And why are so many of us attracted so much more to the less symmetrical and evenly done shapes than to the perfect circles, perfectly centered focal elements? Yes - for the same reason. Symmetry is boring because it looks very static compared to dynamical irregular shapes. On the other hand symmetry is necessary with a lot of our environmental it helps read "information" (on how to use, where to go, where to press a button,...) really fast. And it is one thing that we all have on us - because our bodies and faces are symmetrical. So we feel "safe" and at ease with symmetrie too. But when it comes to art we don't need and want to feel safe and at ease, right?

Art is expected to be "adventurous" for the eyes. (Well, there are exceptions with certain art genres, but these are rather conceptional). So we love to see the uneven, the unexpected and the contrasting or even "fighting" shapes or colours.

Art is all about cognition, personal taste and our very personal historic and educational background. Everyone "reads" art differently and the more abstract a painting is the more open space it provides to fill in some of one's own ideas, dreams, preferences and wishes on what we want to see.

Art is "mark making". Expressing ourselves through working with a piece of "white" (plain) space to create to our liking. So we can say "Look! I was here. I did this. This is "me". "

Materials used: watercolour paper, white Gesso, acrylic colours, artists pencil, watercolour pencil, vellum, whiteout marker, rubber stamping, black stamping ink, palette knife

Friday, 21 March 2014

blackbird fly

"Blackbird" has always been one of my most favourite songs by The Beatles. I just love the lyrics and have been taking comfort since I was a child in the thought that you can always take these sunken eyes and learn to see...

...and that when your wings are broken you just have to learn to fly again - differently. Life now and then "wounds" us - this is part of life and we would lie to ourselves if we believed that we can always avoid being wounded. Living successfully means to deal with a damage done, accept it and learn  to work your way around it or simply change your old behaviour...or simply the way you fly.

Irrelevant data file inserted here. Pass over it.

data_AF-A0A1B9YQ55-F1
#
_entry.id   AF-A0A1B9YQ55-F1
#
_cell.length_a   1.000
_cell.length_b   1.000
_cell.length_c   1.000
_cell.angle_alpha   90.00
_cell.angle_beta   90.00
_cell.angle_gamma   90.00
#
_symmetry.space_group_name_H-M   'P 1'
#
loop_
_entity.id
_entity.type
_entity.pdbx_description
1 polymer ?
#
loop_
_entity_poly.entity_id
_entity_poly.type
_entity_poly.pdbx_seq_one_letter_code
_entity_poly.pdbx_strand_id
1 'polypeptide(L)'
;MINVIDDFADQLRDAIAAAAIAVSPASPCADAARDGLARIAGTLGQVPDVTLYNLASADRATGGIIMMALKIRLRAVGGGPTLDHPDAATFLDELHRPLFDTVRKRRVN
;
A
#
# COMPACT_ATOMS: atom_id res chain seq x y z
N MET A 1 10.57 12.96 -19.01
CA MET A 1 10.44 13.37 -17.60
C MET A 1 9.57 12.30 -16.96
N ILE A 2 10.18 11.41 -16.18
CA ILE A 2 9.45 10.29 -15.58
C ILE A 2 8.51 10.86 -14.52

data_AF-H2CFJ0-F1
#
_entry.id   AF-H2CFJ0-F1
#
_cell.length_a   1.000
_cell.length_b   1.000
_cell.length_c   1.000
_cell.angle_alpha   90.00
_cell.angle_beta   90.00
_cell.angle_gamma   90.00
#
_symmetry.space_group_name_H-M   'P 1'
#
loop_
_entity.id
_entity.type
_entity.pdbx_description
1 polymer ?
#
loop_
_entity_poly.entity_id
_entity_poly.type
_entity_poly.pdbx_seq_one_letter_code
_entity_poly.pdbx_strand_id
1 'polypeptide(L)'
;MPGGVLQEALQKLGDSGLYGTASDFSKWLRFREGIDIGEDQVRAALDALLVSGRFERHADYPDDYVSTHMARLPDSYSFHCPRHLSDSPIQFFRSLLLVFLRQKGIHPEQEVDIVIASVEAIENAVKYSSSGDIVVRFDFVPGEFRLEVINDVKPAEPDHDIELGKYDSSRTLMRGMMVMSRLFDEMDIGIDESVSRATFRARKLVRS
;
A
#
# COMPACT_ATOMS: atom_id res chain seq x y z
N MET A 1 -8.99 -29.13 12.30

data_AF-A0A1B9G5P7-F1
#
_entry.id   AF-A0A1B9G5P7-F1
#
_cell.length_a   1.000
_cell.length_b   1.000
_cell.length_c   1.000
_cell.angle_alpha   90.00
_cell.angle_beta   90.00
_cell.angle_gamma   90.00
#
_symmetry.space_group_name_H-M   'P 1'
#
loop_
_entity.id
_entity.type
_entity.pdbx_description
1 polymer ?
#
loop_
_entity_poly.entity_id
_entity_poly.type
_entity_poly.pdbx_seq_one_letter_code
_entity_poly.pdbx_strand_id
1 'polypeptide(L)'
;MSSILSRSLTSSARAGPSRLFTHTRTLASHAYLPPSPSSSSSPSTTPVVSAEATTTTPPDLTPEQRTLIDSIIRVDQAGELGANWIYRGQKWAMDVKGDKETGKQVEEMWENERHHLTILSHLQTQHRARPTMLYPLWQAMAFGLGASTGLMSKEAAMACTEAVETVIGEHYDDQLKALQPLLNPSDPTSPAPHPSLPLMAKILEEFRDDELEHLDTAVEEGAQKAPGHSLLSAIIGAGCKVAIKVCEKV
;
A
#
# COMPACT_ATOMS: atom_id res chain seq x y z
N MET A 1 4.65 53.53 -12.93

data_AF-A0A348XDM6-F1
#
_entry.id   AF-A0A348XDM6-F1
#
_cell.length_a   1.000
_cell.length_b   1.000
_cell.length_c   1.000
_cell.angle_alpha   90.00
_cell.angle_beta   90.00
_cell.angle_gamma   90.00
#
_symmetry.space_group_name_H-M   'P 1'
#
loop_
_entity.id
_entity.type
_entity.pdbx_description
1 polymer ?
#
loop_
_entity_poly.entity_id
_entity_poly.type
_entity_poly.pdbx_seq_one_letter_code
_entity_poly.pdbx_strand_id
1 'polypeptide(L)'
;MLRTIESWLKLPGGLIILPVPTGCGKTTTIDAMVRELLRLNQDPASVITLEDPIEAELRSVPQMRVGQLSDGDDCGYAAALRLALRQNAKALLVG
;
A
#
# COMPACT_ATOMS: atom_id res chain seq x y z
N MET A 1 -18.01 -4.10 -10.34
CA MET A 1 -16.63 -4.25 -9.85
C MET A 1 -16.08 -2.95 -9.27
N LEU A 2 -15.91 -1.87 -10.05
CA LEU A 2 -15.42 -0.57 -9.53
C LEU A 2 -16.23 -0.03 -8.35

I wrote the song's lyrics along the branches so they look like ants climbing the trees bark.

Materials used: brown kraft paper, acrylic colours, brayer, designer paper, Decou-page matte, distress markers, stencil, old book pages

Branches and leaves were cut free hand, shading was done with distress markers over decou-page glue.

Why is it that birds touch our very souls so easily? Some say it is because they can get so much closer to heaven than we can (and without a window pane from a plane between them and the very air). But I believe it is their ability to sing the most beautiful songs. Wouldn't it be wonderful if we communicated through music instead of spoken words? (lol....just imagine getting a ticket from a police officer and he sings it to you instead of bark it in your face ;)

Leonardo da Vinci watched birds flight very closely and did the most wonderful drawings and studies. He was highly fascinated by the way they move their wings and tails to steer. And even though we have airplanes now and are able to travel the skies too, we still admire how these fragile creatures inhabit the sky.